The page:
What exactly is your child signing up for when they tick that little box to use an online service? Parent Zone talks to the Children’s Commissioner of England to find out how things could be clearer for kids
Admit it, how many times have you signed up for a service online, whether it’s a new gym membership or updating your iTunes account, and simply clicked on the ‘Accept terms and conditions’ box without reading them?
There’s a good reason for this – they're generally very long, very boring and very difficult to understand, even if you do take the time to scan them.
In July 2017, this reluctance on customers’ part to check what they were signing was tested by Manchester-based Wi-Fi provider Purple, who inserted a clause in its T&Cs for two weeks so that people who signed up to the service were legally committed to spending 1000 hours doing community service, including cleaning toilets and unblocking sewers. To see who was paying attention, they offered a prize to anyone who contacted them about the clause. Only one person claimed it.
So, if adults don’t read and understand the terms and conditions they're committing to when they tick that little box, what hope for our children, who can legally sign up to online services such as Instagram, Snapchat and Facebook from the age of 13?
As tech-savvy as children often are, do they understand, any more than adults, what they’re agreeing to?
‘Many children use social media and other platforms without understanding them fully’
With this in mind, the Children’s Commissioner of England worked with the law firm Schillings to create simplified versions of the T&Cs for Instagram, Snapchat, Facebook, WhatsApp and YouTube. These were rewritten into child-friendly language as part of its Growing up Digital report, transforming the site’s seven pages of T&Cs into an easy-to-read one-page list.
‘We found that many children use social media and other platforms without understanding them fully, nor the consequences of signing up to them, such as the use and sometimes, the sale, of personal data collected about them by the service provider, and the tracking of their location,’ says Children’s Commissioner, Anne Longfield.
‘Many of the popular social media sites can be joined by 13-year-olds or over but very few adults, let alone children, would be able to understand the lengthy terms and conditions they make us sign up to. We have worked with lawyers to look at exactly what it meant by ticking the ‘I have read and agreed the Terms and Conditions’ box and to rewrite them so that a 13-year-old could actually understand them.
‘This is an important step in rebalancing the power between social media companies and their younger users. These companies have a huge amount of power and control yet they are far from transparent.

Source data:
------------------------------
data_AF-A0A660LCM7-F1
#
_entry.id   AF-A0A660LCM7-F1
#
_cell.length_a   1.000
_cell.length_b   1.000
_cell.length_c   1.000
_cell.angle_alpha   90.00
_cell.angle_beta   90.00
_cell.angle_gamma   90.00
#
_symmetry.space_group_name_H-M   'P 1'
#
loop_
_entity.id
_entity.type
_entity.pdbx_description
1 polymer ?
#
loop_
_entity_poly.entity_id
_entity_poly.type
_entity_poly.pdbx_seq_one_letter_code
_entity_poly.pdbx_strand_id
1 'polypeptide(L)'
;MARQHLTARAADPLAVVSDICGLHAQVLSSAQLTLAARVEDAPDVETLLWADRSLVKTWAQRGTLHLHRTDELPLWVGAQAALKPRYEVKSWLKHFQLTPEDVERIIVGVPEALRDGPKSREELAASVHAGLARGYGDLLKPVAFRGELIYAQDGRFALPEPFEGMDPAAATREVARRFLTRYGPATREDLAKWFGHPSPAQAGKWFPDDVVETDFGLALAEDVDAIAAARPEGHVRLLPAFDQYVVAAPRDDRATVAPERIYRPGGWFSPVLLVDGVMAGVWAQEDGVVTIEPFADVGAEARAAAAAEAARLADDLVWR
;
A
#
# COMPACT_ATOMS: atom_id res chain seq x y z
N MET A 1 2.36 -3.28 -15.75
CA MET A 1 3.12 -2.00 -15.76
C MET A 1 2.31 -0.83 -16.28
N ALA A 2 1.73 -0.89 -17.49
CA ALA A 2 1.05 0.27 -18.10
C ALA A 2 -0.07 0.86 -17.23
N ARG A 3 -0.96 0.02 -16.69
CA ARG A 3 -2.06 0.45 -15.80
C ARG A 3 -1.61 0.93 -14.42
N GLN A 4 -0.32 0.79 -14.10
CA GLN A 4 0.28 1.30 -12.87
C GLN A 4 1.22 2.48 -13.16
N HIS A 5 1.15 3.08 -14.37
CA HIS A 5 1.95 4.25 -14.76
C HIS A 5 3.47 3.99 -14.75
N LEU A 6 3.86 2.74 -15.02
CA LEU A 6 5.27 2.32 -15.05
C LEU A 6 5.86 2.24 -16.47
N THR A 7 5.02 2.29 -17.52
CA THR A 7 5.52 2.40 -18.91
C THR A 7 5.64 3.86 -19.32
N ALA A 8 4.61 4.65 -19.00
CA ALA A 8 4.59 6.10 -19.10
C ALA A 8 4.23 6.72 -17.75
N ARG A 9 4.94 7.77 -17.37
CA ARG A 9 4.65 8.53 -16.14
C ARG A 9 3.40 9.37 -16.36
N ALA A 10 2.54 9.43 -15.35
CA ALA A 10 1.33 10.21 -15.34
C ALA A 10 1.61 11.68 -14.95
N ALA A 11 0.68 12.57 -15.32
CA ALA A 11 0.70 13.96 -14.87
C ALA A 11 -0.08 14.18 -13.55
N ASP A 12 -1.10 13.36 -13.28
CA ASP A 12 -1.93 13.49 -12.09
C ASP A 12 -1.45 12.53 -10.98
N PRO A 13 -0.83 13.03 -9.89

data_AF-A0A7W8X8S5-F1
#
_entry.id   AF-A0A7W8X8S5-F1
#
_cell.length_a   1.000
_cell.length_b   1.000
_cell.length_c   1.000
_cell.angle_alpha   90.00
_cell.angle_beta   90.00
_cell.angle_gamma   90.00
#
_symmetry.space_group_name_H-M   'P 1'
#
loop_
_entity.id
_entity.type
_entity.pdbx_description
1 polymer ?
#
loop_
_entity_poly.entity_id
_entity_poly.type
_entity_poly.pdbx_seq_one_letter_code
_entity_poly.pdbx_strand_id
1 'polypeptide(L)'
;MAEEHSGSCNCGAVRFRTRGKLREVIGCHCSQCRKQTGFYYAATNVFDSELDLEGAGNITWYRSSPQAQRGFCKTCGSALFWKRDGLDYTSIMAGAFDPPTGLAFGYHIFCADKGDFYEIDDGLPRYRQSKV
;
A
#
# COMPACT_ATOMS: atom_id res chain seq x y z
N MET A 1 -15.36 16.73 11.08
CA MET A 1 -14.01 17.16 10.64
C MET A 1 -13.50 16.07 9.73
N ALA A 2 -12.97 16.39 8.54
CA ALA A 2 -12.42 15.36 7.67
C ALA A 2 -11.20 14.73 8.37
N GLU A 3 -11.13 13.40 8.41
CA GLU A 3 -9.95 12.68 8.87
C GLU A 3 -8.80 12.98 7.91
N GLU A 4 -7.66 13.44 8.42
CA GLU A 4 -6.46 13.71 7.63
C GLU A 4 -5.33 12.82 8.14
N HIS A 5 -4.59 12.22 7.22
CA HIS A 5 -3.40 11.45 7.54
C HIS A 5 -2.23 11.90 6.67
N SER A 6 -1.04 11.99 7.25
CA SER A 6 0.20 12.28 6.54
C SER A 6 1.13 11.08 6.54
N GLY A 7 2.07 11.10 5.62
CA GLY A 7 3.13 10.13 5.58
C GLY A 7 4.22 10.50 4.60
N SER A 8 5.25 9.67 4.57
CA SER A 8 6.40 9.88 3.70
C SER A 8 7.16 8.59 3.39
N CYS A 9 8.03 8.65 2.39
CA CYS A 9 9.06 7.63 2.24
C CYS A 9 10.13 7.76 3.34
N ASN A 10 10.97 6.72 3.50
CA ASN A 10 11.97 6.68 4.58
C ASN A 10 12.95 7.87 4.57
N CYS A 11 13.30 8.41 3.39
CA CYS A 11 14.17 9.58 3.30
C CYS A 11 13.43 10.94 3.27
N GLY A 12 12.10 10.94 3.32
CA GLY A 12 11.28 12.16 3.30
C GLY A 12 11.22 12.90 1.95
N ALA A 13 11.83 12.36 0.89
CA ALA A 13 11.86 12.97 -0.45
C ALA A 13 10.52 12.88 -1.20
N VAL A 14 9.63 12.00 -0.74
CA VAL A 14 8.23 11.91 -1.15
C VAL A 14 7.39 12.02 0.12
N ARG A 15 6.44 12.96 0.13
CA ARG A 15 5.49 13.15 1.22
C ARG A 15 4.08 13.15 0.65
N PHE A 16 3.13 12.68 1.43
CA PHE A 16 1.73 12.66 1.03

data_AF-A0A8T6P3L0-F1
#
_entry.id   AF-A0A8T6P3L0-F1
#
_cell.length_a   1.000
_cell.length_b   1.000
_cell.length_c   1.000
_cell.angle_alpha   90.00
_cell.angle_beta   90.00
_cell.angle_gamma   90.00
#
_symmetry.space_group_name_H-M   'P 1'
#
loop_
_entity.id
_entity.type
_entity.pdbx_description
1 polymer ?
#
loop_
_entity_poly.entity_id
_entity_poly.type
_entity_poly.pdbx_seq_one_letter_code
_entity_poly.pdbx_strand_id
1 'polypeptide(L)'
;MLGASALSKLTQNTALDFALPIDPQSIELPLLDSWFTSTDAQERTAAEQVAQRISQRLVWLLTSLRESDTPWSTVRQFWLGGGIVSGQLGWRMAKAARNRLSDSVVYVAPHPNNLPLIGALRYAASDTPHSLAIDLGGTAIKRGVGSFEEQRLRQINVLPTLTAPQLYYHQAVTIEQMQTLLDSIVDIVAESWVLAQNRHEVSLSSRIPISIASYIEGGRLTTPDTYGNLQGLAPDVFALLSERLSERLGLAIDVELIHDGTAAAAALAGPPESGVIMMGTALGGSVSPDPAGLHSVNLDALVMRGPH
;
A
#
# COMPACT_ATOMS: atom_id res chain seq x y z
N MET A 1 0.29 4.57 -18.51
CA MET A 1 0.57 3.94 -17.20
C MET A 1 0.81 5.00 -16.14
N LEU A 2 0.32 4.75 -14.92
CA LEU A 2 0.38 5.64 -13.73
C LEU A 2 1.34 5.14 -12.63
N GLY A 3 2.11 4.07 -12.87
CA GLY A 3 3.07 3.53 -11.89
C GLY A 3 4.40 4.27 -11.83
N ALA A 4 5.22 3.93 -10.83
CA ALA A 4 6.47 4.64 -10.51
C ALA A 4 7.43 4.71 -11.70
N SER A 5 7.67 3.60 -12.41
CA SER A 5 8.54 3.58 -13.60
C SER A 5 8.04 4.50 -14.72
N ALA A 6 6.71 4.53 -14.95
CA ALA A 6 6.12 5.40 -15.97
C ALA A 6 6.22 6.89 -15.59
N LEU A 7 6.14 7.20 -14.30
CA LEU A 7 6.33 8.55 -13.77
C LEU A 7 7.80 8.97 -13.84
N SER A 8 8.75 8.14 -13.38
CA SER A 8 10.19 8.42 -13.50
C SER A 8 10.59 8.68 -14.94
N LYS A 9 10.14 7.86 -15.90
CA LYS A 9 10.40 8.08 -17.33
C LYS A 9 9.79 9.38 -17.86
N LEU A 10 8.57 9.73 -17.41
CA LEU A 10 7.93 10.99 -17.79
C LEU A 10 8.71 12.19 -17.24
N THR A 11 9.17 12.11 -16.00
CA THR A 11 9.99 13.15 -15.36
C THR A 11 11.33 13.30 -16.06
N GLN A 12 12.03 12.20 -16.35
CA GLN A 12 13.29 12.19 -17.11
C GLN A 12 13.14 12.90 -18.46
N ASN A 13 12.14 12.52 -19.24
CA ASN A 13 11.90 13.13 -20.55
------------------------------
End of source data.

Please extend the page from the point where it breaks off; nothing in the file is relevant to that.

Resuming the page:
‘It is important that the internet is a place where children can be citizens not just users, creative, but not addicted, and curious without the risk that their personal information will be monetised by the social networks they love to use.’
What can you do?
- The simplified versions of the T&Cs can be found on the TES website here as they were turned into teaching resources. It's a good idea to sit down with your child and go through these so that they know what they're signing up to.
- Some platforms, for example, claim the right to take users’ photos and posts and use them to promote the service without payment or letting them know they’re doing so. They may still decide to sign up (most of us do) but it may make your child think twice before posting certain images or comments.
Instagram: T&Cs we could all understand
The Children’s Commissioner’s child- (and adult-) friendly T&Cs alternative suggestions:
‘You must not defame, stalk, bully, abuse, harass, threaten, impersonate or intimidate people or entities and you must not post private or confidential information via the Service.’
‘Don’t bully anyone or post anything horrible about people.’
‘You agree that you will not solicit, collect or use the login credentials of other Instagram users.’
‘Don’t use anybody else’s account without their permission or try to find out their login details.’
‘You must not interfere or disrupt the Service or servers or networks connected to the Service, including by transmitting any worms, viruses, spyware, malware or any other code of a destructive or disruptive nature. You may not inject content or code or otherwise alter or interfere with the way any Instagram page is rendered or displayed in a user's browser or device.’
‘Don’t do anything that might affect how other people use and enjoy Instagram.’
The advice published on Parent Info is provided by independent experts in their field and not necessarily the views of Parent Zone or CEOP.
First published: November 2017
Updated: May 2018